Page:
A certain calorimeter cup is made from 0.15 kg of aluminum and contains
      0.20 kg of water. Initially, the water and the cup have a common
temperature of 18.0 °C. A 0.040-kg mass of unknown material is heated to a
 temperature of 97.0 °C and then added to the water. The temperature of
   the water, the cup, and the unknown material is 22.0 °C after thermal
  equilibrium is reestablished. Ignoring the small amount of heat gained by
 the thermometer, find the specific heat capacity of the unknown material.
  A caring husband, upon finding his stove out of order, decides to
   boil the water for his wife's coffee by shaking it in a thermos
flask. Suppose that he uses 430 cm3 of tap water at 15 °C, and that
  the water falls 1/3rd of a meter with each shake, at a rate of 20
per minute. Neglecting any loss of thermal energy by the flask, will
                   his wife make to work on time?

                                       Q =m·4190·(100-15) = 153·m kJ
                                       W = 20·t·m·9.8·0.3 = 58.8·m·t
                                       Q = W or t = 2602 min = 43 hr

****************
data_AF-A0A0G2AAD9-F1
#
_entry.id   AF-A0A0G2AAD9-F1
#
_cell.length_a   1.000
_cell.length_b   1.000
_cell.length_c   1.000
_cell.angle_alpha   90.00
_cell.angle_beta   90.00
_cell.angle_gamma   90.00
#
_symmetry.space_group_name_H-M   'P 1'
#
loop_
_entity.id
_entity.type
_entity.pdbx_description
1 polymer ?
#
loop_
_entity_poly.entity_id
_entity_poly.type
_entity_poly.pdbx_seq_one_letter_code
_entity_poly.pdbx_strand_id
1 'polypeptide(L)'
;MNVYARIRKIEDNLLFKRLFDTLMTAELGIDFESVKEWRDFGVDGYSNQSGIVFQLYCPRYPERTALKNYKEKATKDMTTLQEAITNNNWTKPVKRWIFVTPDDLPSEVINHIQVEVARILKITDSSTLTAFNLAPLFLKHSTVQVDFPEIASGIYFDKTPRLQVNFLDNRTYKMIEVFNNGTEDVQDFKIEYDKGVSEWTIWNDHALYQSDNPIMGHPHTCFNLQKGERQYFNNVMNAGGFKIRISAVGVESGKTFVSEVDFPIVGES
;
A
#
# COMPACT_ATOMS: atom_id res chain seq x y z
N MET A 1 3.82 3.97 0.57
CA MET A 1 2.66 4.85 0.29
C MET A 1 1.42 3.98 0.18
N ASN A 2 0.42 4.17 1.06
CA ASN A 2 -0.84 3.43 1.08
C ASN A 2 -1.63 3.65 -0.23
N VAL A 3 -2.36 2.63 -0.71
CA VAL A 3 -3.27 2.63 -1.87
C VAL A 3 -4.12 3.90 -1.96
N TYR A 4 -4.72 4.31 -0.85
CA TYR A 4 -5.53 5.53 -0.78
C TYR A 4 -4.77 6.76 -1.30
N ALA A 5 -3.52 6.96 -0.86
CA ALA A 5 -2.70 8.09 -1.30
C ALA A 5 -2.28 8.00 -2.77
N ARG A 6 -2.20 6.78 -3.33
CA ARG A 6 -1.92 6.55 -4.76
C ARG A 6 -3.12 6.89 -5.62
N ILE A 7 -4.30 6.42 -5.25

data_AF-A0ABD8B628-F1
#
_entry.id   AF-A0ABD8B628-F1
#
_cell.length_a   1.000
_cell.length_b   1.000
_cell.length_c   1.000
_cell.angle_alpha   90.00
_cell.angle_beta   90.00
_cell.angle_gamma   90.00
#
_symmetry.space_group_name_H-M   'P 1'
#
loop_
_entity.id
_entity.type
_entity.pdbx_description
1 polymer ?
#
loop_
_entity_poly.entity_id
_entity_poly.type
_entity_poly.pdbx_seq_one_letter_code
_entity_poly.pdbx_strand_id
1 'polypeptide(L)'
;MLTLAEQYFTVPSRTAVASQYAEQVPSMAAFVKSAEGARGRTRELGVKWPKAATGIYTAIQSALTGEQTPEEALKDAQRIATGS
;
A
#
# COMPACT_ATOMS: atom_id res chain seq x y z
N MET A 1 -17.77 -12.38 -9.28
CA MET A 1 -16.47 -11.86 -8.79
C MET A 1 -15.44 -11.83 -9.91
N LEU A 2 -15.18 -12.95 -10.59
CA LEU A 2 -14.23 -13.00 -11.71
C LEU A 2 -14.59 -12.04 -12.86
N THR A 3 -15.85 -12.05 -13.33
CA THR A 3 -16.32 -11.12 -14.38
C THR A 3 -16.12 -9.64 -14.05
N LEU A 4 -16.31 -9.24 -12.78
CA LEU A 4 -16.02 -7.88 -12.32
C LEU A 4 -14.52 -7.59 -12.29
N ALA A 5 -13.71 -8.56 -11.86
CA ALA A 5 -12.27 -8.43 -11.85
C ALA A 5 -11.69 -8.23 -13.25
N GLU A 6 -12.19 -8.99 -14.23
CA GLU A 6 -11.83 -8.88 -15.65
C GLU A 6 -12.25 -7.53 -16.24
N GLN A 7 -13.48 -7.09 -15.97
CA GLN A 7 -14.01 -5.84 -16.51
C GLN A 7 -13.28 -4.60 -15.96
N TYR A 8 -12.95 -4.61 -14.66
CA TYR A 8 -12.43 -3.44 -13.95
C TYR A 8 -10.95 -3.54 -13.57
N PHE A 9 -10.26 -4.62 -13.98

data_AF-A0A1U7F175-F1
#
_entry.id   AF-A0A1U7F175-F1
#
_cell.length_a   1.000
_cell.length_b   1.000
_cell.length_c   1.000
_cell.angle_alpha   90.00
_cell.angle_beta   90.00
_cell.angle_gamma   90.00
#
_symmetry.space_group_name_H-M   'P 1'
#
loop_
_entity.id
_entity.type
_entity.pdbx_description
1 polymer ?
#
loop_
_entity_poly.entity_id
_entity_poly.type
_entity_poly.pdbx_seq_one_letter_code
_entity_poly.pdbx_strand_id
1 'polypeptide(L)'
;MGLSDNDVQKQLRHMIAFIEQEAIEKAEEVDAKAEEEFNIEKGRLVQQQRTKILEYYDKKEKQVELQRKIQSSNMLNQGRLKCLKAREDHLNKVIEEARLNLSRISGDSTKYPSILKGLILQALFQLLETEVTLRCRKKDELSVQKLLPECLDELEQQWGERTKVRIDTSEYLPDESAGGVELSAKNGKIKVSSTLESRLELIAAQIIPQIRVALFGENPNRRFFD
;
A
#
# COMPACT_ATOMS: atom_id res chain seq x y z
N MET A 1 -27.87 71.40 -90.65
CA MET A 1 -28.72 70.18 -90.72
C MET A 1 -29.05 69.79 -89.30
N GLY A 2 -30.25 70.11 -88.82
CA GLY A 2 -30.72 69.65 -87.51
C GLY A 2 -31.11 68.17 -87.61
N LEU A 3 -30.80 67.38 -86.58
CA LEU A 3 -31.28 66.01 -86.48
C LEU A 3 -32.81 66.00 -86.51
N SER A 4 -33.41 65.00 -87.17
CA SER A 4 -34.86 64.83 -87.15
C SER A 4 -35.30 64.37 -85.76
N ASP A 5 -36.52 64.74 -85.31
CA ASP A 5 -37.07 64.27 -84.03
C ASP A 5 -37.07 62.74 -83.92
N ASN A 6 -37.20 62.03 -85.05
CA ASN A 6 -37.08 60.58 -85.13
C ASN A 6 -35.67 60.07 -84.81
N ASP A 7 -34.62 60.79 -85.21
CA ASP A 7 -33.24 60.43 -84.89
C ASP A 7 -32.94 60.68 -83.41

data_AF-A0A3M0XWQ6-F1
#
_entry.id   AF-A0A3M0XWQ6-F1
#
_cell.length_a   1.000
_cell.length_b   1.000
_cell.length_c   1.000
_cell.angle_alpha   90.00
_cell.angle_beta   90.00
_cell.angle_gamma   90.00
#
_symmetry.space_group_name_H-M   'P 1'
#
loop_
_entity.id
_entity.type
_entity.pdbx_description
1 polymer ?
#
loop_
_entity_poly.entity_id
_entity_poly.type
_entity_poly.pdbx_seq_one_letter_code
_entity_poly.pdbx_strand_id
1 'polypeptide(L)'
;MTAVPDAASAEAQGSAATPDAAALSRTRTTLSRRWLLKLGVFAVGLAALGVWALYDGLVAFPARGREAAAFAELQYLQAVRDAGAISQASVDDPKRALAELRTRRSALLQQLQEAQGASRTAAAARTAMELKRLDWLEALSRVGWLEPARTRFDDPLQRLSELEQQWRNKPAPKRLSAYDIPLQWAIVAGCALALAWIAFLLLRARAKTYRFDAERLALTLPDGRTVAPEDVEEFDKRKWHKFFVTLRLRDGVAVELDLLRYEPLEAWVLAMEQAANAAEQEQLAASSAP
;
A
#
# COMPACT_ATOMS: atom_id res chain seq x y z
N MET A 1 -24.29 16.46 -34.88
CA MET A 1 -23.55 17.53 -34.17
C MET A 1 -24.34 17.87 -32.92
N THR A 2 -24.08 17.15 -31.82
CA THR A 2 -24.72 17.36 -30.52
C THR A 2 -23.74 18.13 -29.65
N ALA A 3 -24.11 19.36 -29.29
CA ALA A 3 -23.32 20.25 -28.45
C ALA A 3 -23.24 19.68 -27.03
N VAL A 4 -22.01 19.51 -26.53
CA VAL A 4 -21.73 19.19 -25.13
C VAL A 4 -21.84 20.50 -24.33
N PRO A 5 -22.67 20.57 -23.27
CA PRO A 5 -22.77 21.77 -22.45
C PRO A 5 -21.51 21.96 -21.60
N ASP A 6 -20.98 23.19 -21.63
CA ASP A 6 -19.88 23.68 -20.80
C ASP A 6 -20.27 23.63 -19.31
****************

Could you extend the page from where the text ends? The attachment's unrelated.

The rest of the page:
In order to maintain constant weight, we must
consume about 2000 kilocalories of food energy per
 day of inactivity. How long could you live off your
                        fat?




             30  4100 / 2000  61.5 days


  •1 pound of fat contains about 4100 kilocalories
  •On the average, 15%/22% of an adult male’s/female’s weight is
  in the form of body fat (assume about 30 lb)
  •In two days of starvation and inactivity, one would be able to
  lose about 1 lb of fat
Most of the energy that we get from food goes into generating
  heat energy. How much will the temperature of a 75-kg man
increase if he eats a cup of yogurt containing 350 kcal and does
          not release this energy to the environment?




        T = Q/mc = 350 kcal/(75 kg·0.83 kcal/kg·C°) = 5.6 C°
Suppose Dee Zertz just finished indulging herself with 2
  servings of cheese cake, worth about 500 Cal. If all
    “nutrients” in the cheese cake were immediately
 metabolized and no heat were lost to the environment,
   by how much would Dee’s body temperature rise?